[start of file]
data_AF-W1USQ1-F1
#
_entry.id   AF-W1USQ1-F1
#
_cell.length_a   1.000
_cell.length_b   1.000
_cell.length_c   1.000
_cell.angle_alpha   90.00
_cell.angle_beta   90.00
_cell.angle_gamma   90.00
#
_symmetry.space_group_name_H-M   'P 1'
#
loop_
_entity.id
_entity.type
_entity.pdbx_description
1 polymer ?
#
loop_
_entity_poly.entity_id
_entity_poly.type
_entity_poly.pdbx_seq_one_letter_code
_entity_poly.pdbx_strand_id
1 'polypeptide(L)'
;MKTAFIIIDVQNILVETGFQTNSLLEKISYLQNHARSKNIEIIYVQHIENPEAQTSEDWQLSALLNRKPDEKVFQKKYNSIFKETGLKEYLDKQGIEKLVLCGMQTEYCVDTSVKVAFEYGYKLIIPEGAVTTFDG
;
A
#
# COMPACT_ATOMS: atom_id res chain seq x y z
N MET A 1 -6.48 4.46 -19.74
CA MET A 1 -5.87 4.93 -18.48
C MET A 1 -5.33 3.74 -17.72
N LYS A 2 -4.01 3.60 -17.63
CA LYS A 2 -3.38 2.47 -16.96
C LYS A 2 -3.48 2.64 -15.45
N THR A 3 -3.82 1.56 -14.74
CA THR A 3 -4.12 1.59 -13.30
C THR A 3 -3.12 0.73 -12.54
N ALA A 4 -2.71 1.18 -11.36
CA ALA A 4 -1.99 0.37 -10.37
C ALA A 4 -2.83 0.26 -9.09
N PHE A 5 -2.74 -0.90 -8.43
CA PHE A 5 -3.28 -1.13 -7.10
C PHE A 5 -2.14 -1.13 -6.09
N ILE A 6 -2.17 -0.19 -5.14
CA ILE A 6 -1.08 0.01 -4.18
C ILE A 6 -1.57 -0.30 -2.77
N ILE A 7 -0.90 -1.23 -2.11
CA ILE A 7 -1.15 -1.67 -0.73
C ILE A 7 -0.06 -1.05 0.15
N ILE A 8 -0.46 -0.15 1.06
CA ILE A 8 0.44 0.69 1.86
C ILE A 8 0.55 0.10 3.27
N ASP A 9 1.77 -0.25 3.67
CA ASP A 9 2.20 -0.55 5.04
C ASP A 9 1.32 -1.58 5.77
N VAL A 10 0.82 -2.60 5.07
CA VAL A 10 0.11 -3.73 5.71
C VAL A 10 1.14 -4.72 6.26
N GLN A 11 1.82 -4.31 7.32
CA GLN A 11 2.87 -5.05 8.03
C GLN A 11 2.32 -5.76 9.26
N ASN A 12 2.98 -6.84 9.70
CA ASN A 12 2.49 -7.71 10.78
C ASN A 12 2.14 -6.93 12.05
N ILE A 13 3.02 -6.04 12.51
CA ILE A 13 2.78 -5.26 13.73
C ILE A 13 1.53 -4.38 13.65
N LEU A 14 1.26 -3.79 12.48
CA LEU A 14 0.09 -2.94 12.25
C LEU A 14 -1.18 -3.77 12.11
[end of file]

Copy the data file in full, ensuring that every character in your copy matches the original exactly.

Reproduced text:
data_AF-W1USQ1-F1
#
_entry.id   AF-W1USQ1-F1
#
_cell.length_a   1.000
_cell.length_b   1.000
_cell.length_c   1.000
_cell.angle_alpha   90.00
_cell.angle_beta   90.00
_cell.angle_gamma   90.00
#
_symmetry.space_group_name_H-M   'P 1'
#
loop_
_entity.id
_entity.type
_entity.pdbx_description
1 polymer ?
#
loop_
_entity_poly.entity_id
_entity_poly.type
_entity_poly.pdbx_seq_one_letter_code
_entity_poly.pdbx_strand_id
1 'polypeptide(L)'
;MKTAFIIIDVQNILVETGFQTNSLLEKISYLQNHARSKNIEIIYVQHIENPEAQTSEDWQLSALLNRKPDEKVFQKKYNSIFKETGLKEYLDKQGIEKLVLCGMQTEYCVDTSVKVAFEYGYKLIIPEGAVTTFDG
;
A
#
# COMPACT_ATOMS: atom_id res chain seq x y z
N MET A 1 -6.48 4.46 -19.74
CA MET A 1 -5.87 4.93 -18.48
C MET A 1 -5.33 3.74 -17.72
N LYS A 2 -4.01 3.60 -17.63
CA LYS A 2 -3.38 2.47 -16.96
C LYS A 2 -3.48 2.64 -15.45
N THR A 3 -3.82 1.56 -14.74
CA THR A 3 -4.12 1.59 -13.30
C THR A 3 -3.12 0.73 -12.54
N ALA A 4 -2.71 1.18 -11.36
CA ALA A 4 -1.99 0.37 -10.37
C ALA A 4 -2.83 0.26 -9.09
N PHE A 5 -2.74 -0.90 -8.43
CA PHE A 5 -3.28 -1.13 -7.10
C PHE A 5 -2.14 -1.13 -6.09
N ILE A 6 -2.17 -0.19 -5.14
CA ILE A 6 -1.08 0.01 -4.18
C ILE A 6 -1.57 -0.30 -2.77
N ILE A 7 -0.90 -1.23 -2.11
CA ILE A 7 -1.15 -1.67 -0.73
C ILE A 7 -0.06 -1.05 0.15
N ILE A 8 -0.46 -0.15 1.06
CA ILE A 8 0.44 0.69 1.86
C ILE A 8 0.55 0.10 3.27
N ASP A 9 1.77 -0.25 3.67
CA ASP A 9 2.20 -0.55 5.04
C ASP A 9 1.32 -1.58 5.77
N VAL A 10 0.82 -2.60 5.07
CA VAL A 10 0.11 -3.73 5.71
C VAL A 10 1.14 -4.72 6.26
N GLN A 11 1.82 -4.31 7.32
CA GLN A 11 2.87 -5.05 8.03
C GLN A 11 2.32 -5.76 9.26
N ASN A 12 2.98 -6.84 9.70
CA ASN A 12 2.49 -7.71 10.78
C ASN A 12 2.14 -6.93 12.05
N ILE A 13 3.02 -6.04 12.51
CA ILE A 13 2.78 -5.26 13.73
C ILE A 13 1.53 -4.38 13.65
N LEU A 14 1.26 -3.79 12.48
CA LEU A 14 0.09 -2.94 12.25
C LEU A 14 -1.18 -3.77 12.11